Analysis of healthcare service utilization after transport-related injuries by a mixture of hidden Markov models

Publication Type:
Journal Article
Citation:
PLoS ONE, 2018, 13 (11)
Issue Date:
2018-11-01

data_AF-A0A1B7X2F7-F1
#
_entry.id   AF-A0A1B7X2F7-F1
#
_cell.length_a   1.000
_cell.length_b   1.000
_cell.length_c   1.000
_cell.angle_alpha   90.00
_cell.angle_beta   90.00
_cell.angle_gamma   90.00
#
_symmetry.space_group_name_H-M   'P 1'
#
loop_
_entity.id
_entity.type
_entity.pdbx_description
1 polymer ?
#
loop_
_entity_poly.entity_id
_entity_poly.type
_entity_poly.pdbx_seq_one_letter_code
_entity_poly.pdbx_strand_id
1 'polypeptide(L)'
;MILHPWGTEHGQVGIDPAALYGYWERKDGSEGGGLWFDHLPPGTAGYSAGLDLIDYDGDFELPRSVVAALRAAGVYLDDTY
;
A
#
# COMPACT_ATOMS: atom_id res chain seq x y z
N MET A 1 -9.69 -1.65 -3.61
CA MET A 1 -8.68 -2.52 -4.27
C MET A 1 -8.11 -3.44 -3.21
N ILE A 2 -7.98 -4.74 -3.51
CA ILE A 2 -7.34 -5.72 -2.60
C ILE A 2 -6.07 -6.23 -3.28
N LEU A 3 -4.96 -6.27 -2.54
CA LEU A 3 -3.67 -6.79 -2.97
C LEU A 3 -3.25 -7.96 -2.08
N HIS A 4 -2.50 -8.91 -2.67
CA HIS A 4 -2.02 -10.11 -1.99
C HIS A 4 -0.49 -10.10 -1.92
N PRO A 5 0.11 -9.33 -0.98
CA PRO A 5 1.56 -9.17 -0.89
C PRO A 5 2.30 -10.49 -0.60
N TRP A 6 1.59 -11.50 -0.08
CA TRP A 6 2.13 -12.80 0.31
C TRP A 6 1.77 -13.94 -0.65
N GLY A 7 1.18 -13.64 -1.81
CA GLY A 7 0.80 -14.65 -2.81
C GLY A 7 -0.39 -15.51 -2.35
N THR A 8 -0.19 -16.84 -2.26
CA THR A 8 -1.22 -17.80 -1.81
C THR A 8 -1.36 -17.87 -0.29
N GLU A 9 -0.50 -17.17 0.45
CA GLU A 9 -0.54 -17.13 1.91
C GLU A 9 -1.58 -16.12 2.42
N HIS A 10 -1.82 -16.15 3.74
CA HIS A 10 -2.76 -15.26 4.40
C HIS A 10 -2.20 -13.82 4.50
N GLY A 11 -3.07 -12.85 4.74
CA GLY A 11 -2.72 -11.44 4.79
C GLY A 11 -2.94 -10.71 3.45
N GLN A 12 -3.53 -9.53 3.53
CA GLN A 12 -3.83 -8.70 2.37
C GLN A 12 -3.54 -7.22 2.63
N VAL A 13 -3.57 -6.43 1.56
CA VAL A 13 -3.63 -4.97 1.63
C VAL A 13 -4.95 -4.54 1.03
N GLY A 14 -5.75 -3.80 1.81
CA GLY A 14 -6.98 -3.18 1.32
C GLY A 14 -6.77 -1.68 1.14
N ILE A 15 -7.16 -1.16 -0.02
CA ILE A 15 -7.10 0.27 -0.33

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© 2018 Esmaili et al. This is an open access article distributed under the terms of the Creative Commons Attribution License, which permits unrestricted use, distribution, and reproduction in any medium, provided the original author and source are credited. Background Transport injuries commonly result in significant disease burden, leading to physical disability, mental health deterioration and reduced quality of life. Analyzing the patterns of healthcare service utilization after transport injuries can provide an insight into the health of the affected parties, allow improved health system resource planning, and provide a baseline against which any future system-level interventions can be evaluated. Therefore, this research aims to use time series of service utilization provided by a compensation agency to identify groups of claimants with similar utilization patterns, describe such patterns, and characterize the groups in terms of demographic, accident type and injury type. Methods To achieve this aim, we have proposed an analytical framework that utilizes latent variables to describe the utilization patterns over time and group the claimants into clusters based on their service utilization time series. To perform the clustering without dismissing the temporal dimension of the time series, we have used a well-established statistical approach known as the mixture of hidden Markov models (MHMM). Ensuing the clustering, we have applied multinomial logistic regression to provide a description of the clusters against demographic, injury and accident covariates. Results We have tested our model with data on psychology service utilization from one of the main compensation agencies for transport accidents in Australia, and found that three clear clusters of service utilization can be evinced from the data. These three clusters correspond to claimants who have tended to use the services 1) only briefly after the accident; 2) for an intermediate period of time and in moderate amounts; and 3) for a sustained period of time, and intensely. The size of these clusters is approximately 67%, 27% and 6% of the number of claimants, respectively. The multinomial logistic regression analysis has showed that claimants who were 30 to 60-year-old at the time of accident, were witnesses, and who suffered a soft tissue injury were more likely to be part of the intermediate cluster than the majority cluster. Conversely, claimants who suffered more severe injuries such as a brain head injury or anon-limb fracture injury and who started their service utilization later were more likely to be part of the sustained cluster.
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